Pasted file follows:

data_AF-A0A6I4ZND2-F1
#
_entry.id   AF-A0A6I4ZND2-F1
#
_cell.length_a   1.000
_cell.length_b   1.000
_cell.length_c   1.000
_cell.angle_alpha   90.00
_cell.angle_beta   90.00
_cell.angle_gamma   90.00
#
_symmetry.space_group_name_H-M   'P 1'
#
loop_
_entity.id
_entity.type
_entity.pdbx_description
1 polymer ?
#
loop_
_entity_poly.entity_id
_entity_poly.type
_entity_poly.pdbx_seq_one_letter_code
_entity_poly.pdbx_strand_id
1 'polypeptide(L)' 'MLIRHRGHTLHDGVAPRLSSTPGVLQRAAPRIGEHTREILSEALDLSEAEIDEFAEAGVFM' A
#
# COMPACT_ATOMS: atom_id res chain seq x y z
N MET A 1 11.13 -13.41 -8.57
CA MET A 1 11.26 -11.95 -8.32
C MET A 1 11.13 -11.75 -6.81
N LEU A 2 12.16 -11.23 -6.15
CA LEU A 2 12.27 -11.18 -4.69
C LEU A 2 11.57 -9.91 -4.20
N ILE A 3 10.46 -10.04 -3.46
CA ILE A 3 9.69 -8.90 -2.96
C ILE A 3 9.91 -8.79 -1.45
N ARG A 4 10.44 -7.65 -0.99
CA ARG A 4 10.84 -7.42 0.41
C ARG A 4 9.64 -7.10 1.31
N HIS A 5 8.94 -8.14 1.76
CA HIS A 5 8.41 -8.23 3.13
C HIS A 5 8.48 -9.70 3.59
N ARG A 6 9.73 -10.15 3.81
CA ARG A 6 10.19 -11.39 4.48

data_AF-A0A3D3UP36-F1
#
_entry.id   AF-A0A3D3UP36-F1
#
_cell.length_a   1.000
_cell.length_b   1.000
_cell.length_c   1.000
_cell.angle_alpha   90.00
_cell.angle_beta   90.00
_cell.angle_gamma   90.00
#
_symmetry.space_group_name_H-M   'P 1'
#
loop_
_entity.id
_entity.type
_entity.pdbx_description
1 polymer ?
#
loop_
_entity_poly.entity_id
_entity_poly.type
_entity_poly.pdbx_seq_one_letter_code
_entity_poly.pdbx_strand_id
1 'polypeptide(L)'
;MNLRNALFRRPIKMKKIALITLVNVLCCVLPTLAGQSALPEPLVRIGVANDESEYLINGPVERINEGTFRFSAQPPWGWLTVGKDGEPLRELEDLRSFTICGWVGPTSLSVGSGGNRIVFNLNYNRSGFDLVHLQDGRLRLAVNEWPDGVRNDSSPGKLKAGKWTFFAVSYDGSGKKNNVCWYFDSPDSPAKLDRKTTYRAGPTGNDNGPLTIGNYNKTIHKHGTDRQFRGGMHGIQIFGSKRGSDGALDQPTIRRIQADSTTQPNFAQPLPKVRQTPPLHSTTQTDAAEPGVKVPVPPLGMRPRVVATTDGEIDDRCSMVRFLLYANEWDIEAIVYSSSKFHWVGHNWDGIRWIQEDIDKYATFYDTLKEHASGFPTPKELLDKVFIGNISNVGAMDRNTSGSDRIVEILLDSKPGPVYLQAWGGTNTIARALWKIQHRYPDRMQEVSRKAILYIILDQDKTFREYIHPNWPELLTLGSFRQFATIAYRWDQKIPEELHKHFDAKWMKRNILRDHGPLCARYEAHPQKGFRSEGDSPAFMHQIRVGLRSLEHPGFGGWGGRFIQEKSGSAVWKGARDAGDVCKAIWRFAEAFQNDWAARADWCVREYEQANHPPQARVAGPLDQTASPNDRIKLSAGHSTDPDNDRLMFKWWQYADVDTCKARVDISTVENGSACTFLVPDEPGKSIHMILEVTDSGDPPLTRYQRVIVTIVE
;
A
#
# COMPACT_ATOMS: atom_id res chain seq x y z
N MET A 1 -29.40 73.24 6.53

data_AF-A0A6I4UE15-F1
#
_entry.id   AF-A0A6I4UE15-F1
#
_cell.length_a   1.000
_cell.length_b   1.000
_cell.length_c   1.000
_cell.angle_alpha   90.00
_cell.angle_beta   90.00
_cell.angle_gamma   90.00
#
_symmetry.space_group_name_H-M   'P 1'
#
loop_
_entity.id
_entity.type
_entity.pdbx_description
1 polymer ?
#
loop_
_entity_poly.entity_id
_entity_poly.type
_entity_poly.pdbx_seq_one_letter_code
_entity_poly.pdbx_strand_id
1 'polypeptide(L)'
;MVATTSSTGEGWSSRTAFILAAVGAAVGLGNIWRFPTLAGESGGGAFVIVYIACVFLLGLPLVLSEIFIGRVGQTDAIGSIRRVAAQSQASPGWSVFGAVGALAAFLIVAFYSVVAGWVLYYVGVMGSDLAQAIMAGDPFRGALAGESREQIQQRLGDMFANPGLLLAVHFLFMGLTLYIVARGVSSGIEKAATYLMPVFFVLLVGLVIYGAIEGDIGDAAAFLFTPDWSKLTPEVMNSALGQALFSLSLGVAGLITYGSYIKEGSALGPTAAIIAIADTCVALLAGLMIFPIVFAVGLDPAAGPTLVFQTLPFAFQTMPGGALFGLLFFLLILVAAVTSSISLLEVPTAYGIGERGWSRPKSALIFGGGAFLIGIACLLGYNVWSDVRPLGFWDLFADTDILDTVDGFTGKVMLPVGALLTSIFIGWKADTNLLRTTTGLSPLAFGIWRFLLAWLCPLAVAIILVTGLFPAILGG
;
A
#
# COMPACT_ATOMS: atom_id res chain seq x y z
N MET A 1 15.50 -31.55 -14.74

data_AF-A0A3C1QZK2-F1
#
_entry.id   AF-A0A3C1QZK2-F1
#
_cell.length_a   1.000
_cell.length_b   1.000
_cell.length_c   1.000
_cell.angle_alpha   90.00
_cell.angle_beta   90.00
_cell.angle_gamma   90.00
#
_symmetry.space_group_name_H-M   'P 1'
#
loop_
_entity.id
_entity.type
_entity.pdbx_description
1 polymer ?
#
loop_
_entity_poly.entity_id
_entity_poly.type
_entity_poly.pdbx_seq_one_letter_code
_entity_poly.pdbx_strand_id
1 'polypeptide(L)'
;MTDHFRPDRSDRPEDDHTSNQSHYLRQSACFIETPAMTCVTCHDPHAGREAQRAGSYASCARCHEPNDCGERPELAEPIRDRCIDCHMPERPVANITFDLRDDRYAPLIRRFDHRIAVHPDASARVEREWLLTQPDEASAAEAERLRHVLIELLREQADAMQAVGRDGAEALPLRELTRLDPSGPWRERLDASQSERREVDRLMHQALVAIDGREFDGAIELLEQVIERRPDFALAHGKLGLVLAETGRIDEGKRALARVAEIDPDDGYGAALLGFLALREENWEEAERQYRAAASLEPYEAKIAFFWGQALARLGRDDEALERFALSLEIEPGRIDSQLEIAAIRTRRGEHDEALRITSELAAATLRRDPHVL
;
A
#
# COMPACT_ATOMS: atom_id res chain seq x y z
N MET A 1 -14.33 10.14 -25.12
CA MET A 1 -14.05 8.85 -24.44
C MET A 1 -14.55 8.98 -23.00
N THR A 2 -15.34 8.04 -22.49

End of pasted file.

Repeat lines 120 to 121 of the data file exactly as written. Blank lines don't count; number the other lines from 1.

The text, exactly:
loop_
_entity.id